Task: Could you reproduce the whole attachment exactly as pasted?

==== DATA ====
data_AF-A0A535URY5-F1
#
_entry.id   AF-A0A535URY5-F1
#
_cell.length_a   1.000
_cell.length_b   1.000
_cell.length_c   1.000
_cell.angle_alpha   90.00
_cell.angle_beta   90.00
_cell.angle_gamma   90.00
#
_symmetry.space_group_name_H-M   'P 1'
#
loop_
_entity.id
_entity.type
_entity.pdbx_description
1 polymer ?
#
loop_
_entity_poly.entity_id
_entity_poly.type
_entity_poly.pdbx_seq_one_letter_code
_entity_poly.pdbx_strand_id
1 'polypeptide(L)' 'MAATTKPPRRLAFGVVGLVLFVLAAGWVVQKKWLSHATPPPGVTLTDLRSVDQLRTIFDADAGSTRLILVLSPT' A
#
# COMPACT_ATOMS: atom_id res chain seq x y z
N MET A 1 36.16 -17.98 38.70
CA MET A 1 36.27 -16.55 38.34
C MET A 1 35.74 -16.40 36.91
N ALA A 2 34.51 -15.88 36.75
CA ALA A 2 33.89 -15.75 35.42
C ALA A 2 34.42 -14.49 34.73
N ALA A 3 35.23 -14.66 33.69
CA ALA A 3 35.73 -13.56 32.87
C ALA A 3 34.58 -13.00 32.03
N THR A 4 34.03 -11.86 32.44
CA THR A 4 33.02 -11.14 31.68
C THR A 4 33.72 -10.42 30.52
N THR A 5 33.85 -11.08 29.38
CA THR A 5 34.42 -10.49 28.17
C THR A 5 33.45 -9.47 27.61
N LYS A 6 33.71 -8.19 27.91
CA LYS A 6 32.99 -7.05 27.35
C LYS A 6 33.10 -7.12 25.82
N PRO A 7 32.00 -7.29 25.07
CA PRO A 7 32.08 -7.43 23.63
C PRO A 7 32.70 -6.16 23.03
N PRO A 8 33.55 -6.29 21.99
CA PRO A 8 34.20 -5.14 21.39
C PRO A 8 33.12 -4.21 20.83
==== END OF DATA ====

data_AF-A0A535URY5-F1
#
_entry.id   AF-A0A535URY5-F1
#
_cell.length_a   1.000
_cell.length_b   1.000
_cell.length_c   1.000
_cell.angle_alpha   90.00
_cell.angle_beta   90.00
_cell.angle_gamma   90.00
#
_symmetry.space_group_name_H-M   'P 1'
#
loop_
_entity.id
_entity.type
_entity.pdbx_description
1 polymer ?
#
loop_
_entity_poly.entity_id
_entity_poly.type
_entity_poly.pdbx_seq_one_letter_code
_entity_poly.pdbx_strand_id
1 'polypeptide(L)' 'MAATTKPPRRLAFGVVGLVLFVLAAGWVVQKKWLSHATPPPGVTLTDLRSVDQLRTIFDADAGSTRLILVLSPT' A
#
# COMPACT_ATOMS: atom_id res chain seq x y z
N MET A 1 36.16 -17.98 38.70
CA MET A 1 36.27 -16.55 38.34
C MET A 1 35.74 -16.40 36.91
N ALA A 2 34.51 -15.88 36.75
CA ALA A 2 33.89 -15.75 35.42
C ALA A 2 34.42 -14.49 34.73
N ALA A 3 35.23 -14.66 33.69
CA ALA A 3 35.73 -13.56 32.87
C ALA A 3 34.58 -13.00 32.03
N THR A 4 34.03 -11.86 32.44
CA THR A 4 33.02 -11.14 31.68
C THR A 4 33.72 -10.42 30.52
N THR A 5 33.85 -11.08 29.38
CA THR A 5 34.42 -10.49 28.17
C THR A 5 33.45 -9.47 27.61
N LYS A 6 33.71 -8.19 27.91
CA LYS A 6 32.99 -7.05 27.35
C LYS A 6 33.10 -7.12 25.82
N PRO A 7 32.00 -7.29 25.07
CA PRO A 7 32.08 -7.43 23.63
C PRO A 7 32.70 -6.16 23.03
N PRO A 8 33.55 -6.29 21.99
CA PRO A 8 34.20 -5.14 21.39
C PRO A 8 33.12 -4.21 20.83